514 F.2d 704
Margie C. BARNES, Plaintiff-Appellant,
ATLANTIC & PACIFIC LIFE INSURANCE COMPANY OF AMERICA, a
United States Court of Appeals,
June 16, 1975.
E. Ray Large, Birmingham, Ala., for plaintiff-appellant.
Ollie L. Blan, Jr., Birmingham, Ala., for defendant-appellee.
Appeal from the United States District Court for the Northern District of Alabama.
Before BROWN, Chief Judge, and THORNBERRY and AINSWORTH, Circuit Judges.
JOHN R. BROWN, Chief Judge:
This is a historic case, not because of the intrinsic difficulty of the issues, but because this is our first published opinion utilizing the certification provisions recently adopted by the citizens of Alabama.1 We have repeatedly been the judicial beneficiaries of similar such procedures permitted by Florida2 and more recently Louisiana3 and now we welcome the opportunity to refer to the Supreme Court of Alabama questions of Alabama law on which it is not only the latest word as we might Eiriely be but the last word.
This technique of certification to the highest court of a state under carefully controlled restrictions of important and doubtful questions4 has just recently been given another boost by the Supreme Court.5
As is our regular practice, we obtained from counsel their agreed questions and stipulated facts and present them here for the use of the Alabama Supreme Court. As the case comes to us, the sole question for decision is whether pursuant to a (1) binding receipt or (2) policy itself a policy of life insurance was in effect covering appellant/beneficiary's deceased husband at the time of his death.
In resolving this question, the District Judge found against the Insured on both the facts and the Alabama law and granted the Insurer's motion for summary judgment. While we do not denigrate the conclusions of the District Judge, we select the certification option because of the uncertainty of the Alabama law governing this case. This uncertainty coupled with the not infrequent result that a Federal Court of Appeals is "reversed" by the highest court of the Erie state6 make this a peculiarly appropriate case for certification. Indeed, it is precisely these ordinary, repetitive contract interpretations which, because of their recurring nature involving literally hundreds of contracts with many public policy factors affecting the welfare of local citizens, call for unequivocal resolution by the final court.
We are acutely aware of how identical contract language takes on diverse meanings when viewed from opposite sides of that imaginary line separating two adjacent states. Understandably, policy considerations differ in their impact on the jurisprudence of individual states.7 When the state law is in doubt especially on the underlying public policy aims, it is in the best administration of justice to afford the litigants a consistent final judicial resolution by utilizing the certification procedure.
Summary Of The Arguments Pro and Con
In order to reduce the case to more manageable proportions, we summarize in brief the arguments of the litigants. In seeking to establish coverage under the Binding Receipt, the Insured maintains that Condition 3 (set out in the certificate at page 12, infra ) should be construed as allowing the insurer to reject the application within the 30-day period. Absent such rejection, the policy should be deemed in effect as of the date of application. Moreover issuance of the policy on November 5 after the 30-day conditional period had elapsed amounted to a waiver of Condition 3 and created coverage that reverted to the date of the initial Binder Receipt, September 8.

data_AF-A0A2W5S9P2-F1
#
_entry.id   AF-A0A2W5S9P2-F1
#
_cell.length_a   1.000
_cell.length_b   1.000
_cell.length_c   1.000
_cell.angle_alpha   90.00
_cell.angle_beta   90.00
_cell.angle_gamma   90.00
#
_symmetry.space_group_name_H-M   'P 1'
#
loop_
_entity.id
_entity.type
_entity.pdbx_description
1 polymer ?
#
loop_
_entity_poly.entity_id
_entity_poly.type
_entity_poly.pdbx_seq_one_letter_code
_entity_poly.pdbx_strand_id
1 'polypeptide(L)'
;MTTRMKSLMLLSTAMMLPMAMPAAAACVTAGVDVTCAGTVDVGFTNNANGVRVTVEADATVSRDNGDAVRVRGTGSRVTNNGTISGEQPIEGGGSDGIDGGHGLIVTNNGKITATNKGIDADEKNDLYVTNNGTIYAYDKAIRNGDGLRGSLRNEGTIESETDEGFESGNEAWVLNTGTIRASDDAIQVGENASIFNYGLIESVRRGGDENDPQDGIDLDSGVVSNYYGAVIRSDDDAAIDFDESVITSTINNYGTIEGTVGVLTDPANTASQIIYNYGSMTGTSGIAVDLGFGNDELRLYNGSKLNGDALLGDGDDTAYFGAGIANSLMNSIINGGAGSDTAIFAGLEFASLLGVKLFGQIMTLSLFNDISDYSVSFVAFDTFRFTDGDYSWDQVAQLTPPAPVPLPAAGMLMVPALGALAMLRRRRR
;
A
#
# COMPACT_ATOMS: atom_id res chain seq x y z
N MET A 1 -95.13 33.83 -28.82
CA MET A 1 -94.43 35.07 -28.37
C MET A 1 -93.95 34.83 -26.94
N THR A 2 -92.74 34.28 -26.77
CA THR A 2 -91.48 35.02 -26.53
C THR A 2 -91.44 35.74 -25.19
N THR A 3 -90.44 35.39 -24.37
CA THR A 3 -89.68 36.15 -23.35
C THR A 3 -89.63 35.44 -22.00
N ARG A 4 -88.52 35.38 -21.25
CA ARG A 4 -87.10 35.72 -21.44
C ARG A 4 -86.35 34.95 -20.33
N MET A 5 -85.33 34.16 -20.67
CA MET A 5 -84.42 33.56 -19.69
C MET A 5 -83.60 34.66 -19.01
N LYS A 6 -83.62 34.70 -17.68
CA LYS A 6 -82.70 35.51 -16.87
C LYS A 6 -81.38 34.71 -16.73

In addition, the Insured theorizes that the policy paragraph controlling the effective date of the policy (as shown in the certificate at page 14, infra ) reactivated the binder. This paragraph, the Insured reasons, creates ambiguity in determining whether the provisions of the binder or the policy control where the conditions of the binder are not met and such an ambiguity should be resolved in favor of the Insured. New York Life Ins. Co. v. Torrance, 224 Ala. 614, 141 So. 547 (1932).
Conversely, the Insurer maintains that the Insured's construction of Condition 3 is in effect an impermissible attempt to create primary liability through waiver. See, Protective Life Insurance Co. v. Cole, 1935, 230 Ala. 450, 161 So. 818 (1935); St. Paul Fire & Marine Insurance Co. v. Air Comfort Engineers, Inc., 47 Ala.App. 301, 253 So.2d 525 (1971). Cf. Kaminer v. Franklin Life Insurance Co., 5 Cir., 1973, 472 F.2d 1073.
As an alternative argument, the Insured contends that even if the policy did not become effective pursuant to the binder, the policy was activated prior to the date of death when it was mailed to the Insurer's agent on November 6. As support the Insured points to the fact that under Alabama law, the placing of a policy in the mail to the soliciting agent constitutes delivery to the Insured. See, United Insurance Company of America v. Headrick, 275 Ala. 594, 157 So.2d 19 (1963); Life and Casualty Insurance Company of Tennessee v. Latham, 255 Ala. 160, 50 So.2d 727 (1951). Therefore, delivery within the meaning of the policy provision occurred on November 6 when the assistant secretary of the Insurer placed the policy in the mail to the agent. Under this theory of Insured's case, the question then is whether the proposed Insured remained in a state of "continued insurability" the other prerequisite for the effectuation of the policy as of the date of delivery.
While there is no Alabama precedent precisely on point, the Insurer in response cites some relevant Alabama case law. Cf. Southern States Life Ins. Co. v. Dunckley, 226 Ala. 588, 148 So. 320 (1933); Cherokee Life Ins. Co. v. Brannum, 203 Ala. 145, 82 So. 175 (1919). Additional weight is added to the Insurer's position by the legion of Alabama cases construing the more common "good health at the time of delivery" provision as a warranty, the breach of which allows the Insurer to avoid liability where the risk is materially increased. See, e. g., North Carolina Mutual Life Ins. Co. v. Coleman, 248 Ala. 32, 26 So.2d 120 (1946); Vredenburgh v. Liberty National Life Ins. Co., 246 Ala. 251, 20 So.2d 207 (1944); Protective Life Ins. Co. v. Fischer, 234 Ala. 436, 175 So. 391 (1937). Moreover, Insured notes the analogous law of other states on this point. See Mathews v. Metropolitan Life Co., 89 So.2d 641 (1956, Fla.); Leach v. Millers Life Ins. Co., 5 Cir., 1968, 400 F.2d 179 (Miss.).
CERTIFICATION FROM THE UNITED STATES COURT OF APPEALS FOR
THE FIFTH CIRCUIT TO THE SUPREME COURT OF ALABAMA,
PURSUANT TO ALABAMA CONSTITUTION ARTICLE
6, SECTION 140(b)(3)
To the Supreme Court of Alabama and the Honorable Justices thereof